Fats: The Truth About Good Fats & Bad Fats (cont.)
"I'm also concerned about the mercury that these species of fish can carry for pregnant women," says Kava. She recommends that pregnant women stay away from shark, swordfish, and king mackerel because these bigger species tend to present more of a risk.
If you're not pregnant but still concerned, Kava says small salmon species give the most benefit with the least exposure to mercury.
Animal Fat to Avoid
We've long been told to eat less red meat, but new long-term studies of how eating habits affect actual health measures do not bear out many of the popular myths.
"People want to hear that not eating less red meat will save them, but that is a simplistic notion that doesn't really fit in with modern nutrition science," says Kava. "What the science tells us is that lifestyle changes ? stopping smoking, getting regular exercise, limiting alcohol intake, increasing vegetable intake ? has by far the most pronounced effect in improving a person's health than does cutting out certain food categories."
This does not mean you should eat steak every night. If you're at high risk of heart disease, you should still severely limit your saturated fats. But the newer research does explain why many health organizations no longer try to scare people away from "bad" foods.
For example, says Kendall, "for years, we've encouraged people to eat poultry instead of red meat because it is lower in saturated fat. But when you look at the data on how these foods affect actual blood cholesterol levels, there isn't that much difference."
Rather than avoid meats, nutritionists today say you should simply eat more of the foods proven healthy in long-term studies: fish, vegetables, and fruit. Equally important, exercise, even you just walk briskly 30 minutes a day.
The health message about oils has not changed and is very simple. Stick to olive oil or canola oil.
Olive oil is loaded with monounsaturated fatty acids, which do not raise blood cholesterol levels. It also is a good source of vitamin E and polyphenols, which act as antioxidants, reducing the oxygen-related damage to the vascular system.
Canola oil, on the other hand, has loads of monounsaturated fatty acids in the form of oleic acid. This acid has been shown to reduce blood cholesterol levels, and it may lower LDL, or "bad," cholesterol levels without changing "good" HDL levels. Also, canola oil is high in two essential polyunsaturated fatty acids that our bodies can't make: alpha-linolenic acid and linolenic acid.
Alpha-linolenic acid appears to lower blood triglyceride levels. It also may reduce platelet aggregation and increase blood clotting time, both of which are important to people at risk of heart disease and stroke.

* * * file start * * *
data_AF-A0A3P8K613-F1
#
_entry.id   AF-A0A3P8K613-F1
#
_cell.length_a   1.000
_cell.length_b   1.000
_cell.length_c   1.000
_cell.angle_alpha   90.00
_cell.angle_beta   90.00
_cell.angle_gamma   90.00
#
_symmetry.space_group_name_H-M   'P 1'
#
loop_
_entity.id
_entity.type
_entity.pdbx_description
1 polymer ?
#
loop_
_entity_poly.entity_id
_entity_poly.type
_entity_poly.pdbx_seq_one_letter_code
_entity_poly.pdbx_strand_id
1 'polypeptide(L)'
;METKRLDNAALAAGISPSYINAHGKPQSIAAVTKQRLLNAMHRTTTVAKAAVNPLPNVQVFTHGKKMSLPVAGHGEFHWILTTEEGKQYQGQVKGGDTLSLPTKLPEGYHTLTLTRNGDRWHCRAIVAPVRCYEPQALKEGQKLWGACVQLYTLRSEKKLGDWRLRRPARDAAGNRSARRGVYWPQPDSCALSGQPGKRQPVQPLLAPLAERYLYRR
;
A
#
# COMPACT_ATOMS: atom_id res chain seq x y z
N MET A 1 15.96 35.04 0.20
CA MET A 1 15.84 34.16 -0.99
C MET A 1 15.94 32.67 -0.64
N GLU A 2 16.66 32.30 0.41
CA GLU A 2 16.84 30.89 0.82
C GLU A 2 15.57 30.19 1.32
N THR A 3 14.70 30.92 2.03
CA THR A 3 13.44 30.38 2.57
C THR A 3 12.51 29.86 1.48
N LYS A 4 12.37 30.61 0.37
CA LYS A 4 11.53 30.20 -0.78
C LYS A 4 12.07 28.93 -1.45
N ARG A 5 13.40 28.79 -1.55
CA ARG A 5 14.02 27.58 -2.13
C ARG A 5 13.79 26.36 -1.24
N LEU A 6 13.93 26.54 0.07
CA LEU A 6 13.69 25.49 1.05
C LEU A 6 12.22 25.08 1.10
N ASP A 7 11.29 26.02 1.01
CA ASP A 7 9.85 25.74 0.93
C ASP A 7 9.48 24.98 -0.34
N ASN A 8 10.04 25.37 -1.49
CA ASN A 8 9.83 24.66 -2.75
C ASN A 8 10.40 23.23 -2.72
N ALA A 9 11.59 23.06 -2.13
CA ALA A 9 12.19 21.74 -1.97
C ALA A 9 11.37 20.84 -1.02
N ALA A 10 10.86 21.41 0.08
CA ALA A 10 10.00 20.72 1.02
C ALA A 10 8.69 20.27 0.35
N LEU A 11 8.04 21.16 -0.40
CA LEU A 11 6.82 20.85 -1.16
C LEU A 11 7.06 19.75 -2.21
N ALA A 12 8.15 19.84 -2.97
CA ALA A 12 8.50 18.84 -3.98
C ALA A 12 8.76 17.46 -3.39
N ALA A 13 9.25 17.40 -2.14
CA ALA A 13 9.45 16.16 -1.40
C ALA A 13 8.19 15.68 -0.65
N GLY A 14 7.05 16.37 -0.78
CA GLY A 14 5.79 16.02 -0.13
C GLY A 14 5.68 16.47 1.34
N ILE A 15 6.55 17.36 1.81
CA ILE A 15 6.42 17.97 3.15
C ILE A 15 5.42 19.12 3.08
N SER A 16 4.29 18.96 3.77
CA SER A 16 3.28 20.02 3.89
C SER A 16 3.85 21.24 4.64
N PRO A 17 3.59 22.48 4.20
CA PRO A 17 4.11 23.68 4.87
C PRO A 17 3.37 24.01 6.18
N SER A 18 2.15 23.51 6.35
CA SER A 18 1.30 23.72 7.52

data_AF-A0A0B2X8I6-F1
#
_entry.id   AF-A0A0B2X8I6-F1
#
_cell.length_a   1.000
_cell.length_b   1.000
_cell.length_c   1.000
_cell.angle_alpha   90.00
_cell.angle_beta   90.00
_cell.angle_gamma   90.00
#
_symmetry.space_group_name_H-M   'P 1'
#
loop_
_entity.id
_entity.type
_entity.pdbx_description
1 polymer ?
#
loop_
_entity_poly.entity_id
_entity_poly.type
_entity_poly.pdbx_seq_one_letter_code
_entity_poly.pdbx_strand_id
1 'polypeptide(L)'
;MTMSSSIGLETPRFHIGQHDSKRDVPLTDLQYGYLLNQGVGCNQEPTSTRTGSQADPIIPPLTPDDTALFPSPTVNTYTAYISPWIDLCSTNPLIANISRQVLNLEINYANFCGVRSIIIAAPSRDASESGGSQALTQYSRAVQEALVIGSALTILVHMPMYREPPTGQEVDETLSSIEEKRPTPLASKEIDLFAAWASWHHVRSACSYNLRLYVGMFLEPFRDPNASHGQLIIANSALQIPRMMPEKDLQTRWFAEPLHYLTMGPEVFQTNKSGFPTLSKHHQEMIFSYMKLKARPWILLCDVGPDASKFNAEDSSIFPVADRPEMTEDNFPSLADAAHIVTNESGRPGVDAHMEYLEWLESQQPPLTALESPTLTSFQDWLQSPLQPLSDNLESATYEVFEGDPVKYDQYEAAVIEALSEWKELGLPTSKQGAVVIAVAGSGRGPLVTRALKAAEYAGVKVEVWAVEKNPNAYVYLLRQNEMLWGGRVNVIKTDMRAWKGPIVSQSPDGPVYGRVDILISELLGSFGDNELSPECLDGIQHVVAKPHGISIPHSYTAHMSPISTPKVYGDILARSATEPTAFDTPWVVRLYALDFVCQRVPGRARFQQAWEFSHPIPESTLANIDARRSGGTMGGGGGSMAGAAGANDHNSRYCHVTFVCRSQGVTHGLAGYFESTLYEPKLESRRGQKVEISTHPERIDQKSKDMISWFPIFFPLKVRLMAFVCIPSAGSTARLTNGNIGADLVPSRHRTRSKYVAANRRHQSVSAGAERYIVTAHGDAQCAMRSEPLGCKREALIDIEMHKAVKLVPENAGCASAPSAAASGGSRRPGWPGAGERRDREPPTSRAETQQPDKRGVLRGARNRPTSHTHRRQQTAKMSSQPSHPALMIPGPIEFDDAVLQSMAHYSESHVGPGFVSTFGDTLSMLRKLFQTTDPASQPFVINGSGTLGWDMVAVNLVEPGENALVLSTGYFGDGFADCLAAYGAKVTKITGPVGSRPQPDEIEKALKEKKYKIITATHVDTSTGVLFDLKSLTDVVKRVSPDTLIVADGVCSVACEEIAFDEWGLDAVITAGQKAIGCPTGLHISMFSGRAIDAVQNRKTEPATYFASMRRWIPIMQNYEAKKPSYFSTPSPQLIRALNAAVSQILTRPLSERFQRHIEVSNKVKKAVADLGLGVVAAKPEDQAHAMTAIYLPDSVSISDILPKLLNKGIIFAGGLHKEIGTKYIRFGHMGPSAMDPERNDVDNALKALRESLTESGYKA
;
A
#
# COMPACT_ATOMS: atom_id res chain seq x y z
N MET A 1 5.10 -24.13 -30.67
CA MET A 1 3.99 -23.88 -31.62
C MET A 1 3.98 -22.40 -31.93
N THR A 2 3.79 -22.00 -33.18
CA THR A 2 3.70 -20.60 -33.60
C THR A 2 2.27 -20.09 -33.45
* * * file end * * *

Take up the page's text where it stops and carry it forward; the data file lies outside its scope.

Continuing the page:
Oils to Avoid
Simply put, avoid vegetable oils that are high in omega-6 fatty acids, such as regular vegetable oil, corn oil, safflower oil, soybean oil, and cottonseed oil.
Until the recently, there really were no healthy spreads. Butter is too high in cholesterol for people who are at risk of heart disease; most margarine is made from trans fatty acids. In the 1980s, some manufacturers put out special, watered-down versions of spreads that had lower overall calorie content, but they tasted like it.
Then came spreads made from olive oil, wood pulp (Benecol) and soybeans (Take Control), which include chemicals that actually help your heart's health.
"Spreads like Benecol, which are made from plant stanol esthers, are lower in trans fat than regular margarine and have been shown to lower the risk of heart disease," says Kendall. They especially help people taking statin drugs to lower their blood cholesterol levels. "But," she adds, "they are more expensive, too, so if you are at risk of heart disease, they may be worth the price."
Kendall suggests doing what the Italians do ? put olive oil on your bread. Or, you could make what she calls "better butter."
Blend one part olive or canola oil with one part butter," Kendall says. It makes a softer spread and dilutes the cholesterol with monounsaturated fats.
Spreads to Avoid
Remember, traditional margarine is a trans fat nightmare. Check the ingredients list and avoid spreads that are made of "hydrogenated" or "partially hydrogenated" oils.
Sources: Patricia Kendall, PhD, RD, professor, Colorado State University Cooperative Extension Office * Ruth Kava, PhD, RD, American Council of Science and Health * Artemis Simopoulos, MD, editor in chief, World Review of Nutrition and Dietetics * The PDR Family Guide to Nutrition & Health.
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Last Editorial Review: 1/31/2005 5:36:55 AM
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